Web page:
30 million men and women at risk for HIV every year in closed settings


In nearly all countries HIV prevalence in closed settings is particularly high, and higher than in the community, causing serious challenges to governments, non-governmental and international organizations. Close to 6% of male inmates tested at a São Paulo (Brazil) penitentiary, for example, were living with HIV. In several countries of sub-Saharan Africa, more than 20% or 30% of the prison population is living with HIV. Women in prisons are particularly affected by HIV. Such evidence has prompted some countries to move towards introducing HIV prevention services in prisons.

Some countries have made in the recent years enormous progresses in addressing the needs of people in detention and ensuring the respect of their rights to health. However, globally there is a serious lack of prevention, treatment and care for HIV and other infectious diseases within prison settings. Comprehensive HIV care should be accessible for all prisoners in the form of prevention, voluntary counselling and testing, antiretroviral treatment when necessary, prevention and treatment of opportunistic infections, as well as support. It should also be noted that while prisoners are most at risk, prison staff are also at risk of contracting HIV, TB and hepatitis.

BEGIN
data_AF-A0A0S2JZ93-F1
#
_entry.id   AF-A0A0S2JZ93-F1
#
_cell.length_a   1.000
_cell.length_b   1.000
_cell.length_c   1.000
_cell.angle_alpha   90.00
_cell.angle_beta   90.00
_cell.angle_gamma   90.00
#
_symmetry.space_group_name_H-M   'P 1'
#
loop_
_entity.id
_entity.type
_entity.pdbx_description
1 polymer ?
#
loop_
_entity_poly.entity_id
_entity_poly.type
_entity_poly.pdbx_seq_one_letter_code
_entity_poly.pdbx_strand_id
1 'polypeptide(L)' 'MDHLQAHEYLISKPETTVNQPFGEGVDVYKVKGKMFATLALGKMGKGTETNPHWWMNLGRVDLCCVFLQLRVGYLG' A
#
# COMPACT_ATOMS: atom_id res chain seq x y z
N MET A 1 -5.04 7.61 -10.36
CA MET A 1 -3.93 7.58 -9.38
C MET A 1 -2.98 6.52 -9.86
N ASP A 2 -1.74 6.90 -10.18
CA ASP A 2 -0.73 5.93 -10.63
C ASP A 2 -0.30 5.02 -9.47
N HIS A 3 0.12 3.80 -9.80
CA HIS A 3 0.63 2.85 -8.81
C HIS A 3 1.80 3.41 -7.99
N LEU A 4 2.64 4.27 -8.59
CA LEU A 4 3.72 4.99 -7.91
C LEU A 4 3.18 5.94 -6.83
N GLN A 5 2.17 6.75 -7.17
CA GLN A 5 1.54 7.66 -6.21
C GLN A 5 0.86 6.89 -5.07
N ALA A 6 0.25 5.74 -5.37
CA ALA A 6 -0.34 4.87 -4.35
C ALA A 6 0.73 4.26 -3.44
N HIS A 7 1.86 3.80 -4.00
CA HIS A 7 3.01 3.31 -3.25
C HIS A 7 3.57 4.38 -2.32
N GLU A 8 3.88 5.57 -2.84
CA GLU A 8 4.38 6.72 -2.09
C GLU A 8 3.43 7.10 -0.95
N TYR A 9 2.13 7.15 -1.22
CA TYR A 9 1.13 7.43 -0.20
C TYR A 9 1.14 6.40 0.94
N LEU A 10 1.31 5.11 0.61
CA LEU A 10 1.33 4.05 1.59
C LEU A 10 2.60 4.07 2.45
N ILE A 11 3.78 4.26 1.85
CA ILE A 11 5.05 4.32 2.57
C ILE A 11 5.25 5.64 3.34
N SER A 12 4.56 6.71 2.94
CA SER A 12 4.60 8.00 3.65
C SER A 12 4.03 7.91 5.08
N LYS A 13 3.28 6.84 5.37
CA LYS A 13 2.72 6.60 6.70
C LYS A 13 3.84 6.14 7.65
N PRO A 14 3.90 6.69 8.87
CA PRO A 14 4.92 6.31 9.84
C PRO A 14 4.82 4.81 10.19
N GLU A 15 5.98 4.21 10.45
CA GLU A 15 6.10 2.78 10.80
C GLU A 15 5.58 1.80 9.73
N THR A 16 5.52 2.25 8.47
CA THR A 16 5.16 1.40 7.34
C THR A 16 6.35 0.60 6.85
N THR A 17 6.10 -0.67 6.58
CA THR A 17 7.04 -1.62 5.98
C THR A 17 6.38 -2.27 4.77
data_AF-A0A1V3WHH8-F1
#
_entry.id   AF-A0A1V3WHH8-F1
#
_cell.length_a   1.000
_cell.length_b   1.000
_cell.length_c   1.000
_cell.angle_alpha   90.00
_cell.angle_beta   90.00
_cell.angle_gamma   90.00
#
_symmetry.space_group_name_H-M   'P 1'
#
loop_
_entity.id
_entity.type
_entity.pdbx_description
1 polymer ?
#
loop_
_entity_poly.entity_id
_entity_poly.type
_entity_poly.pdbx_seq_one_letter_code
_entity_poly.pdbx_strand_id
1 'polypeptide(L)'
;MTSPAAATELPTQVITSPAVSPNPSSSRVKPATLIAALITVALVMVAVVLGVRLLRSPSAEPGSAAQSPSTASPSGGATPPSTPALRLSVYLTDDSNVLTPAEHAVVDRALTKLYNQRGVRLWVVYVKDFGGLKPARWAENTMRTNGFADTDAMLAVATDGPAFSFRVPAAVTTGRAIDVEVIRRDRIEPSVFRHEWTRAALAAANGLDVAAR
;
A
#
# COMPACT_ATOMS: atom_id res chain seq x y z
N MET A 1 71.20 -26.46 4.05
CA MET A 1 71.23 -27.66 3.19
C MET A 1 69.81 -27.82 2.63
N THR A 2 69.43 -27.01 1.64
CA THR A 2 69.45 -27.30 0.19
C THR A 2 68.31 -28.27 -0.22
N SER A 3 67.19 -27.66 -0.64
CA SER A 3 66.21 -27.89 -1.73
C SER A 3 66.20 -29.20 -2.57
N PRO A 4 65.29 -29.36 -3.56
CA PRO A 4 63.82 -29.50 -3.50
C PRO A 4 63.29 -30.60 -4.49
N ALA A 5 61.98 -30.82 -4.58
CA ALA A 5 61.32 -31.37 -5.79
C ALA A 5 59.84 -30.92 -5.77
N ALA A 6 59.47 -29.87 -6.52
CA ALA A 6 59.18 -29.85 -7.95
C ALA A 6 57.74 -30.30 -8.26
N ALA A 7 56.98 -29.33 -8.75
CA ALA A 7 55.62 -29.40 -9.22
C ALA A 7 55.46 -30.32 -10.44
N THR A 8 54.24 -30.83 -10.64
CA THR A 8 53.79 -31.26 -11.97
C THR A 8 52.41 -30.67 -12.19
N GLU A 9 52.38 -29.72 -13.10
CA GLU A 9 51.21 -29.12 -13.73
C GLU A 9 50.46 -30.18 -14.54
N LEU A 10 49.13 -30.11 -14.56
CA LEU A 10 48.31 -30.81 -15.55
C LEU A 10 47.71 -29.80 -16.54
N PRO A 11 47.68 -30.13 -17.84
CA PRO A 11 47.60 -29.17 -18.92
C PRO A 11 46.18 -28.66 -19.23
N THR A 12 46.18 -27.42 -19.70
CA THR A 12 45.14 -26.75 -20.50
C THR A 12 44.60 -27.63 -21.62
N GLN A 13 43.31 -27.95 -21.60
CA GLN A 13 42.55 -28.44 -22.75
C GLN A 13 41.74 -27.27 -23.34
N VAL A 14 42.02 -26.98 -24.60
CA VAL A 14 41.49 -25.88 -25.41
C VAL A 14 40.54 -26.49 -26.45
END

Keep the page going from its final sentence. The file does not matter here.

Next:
Effective policies to prevent HIV inside prisons and other correctional institutions is often hampered by the denial of the problem as well as the denial of the existence of the factors that contribute to the spread of HIV: overcrowding, unsafe sexual activities and injecting drug use, violence, gangs, lack of protection for the youngest, female and weakest inmates, corruption and poor prison health services.

Together with governments, non-governmental organizations, and international organizations, UNODC is committed to protect people from getting HIV in prisons and for getting access to human rights based and gender sensitive HIV services for all.

For example, in India, VCT services have only been very recently launched; In Africa, the help taking "prisons" out of its isolation, a network on HIV in prisons has been established; HIV services for women in prisons in Afghanistan are being established.

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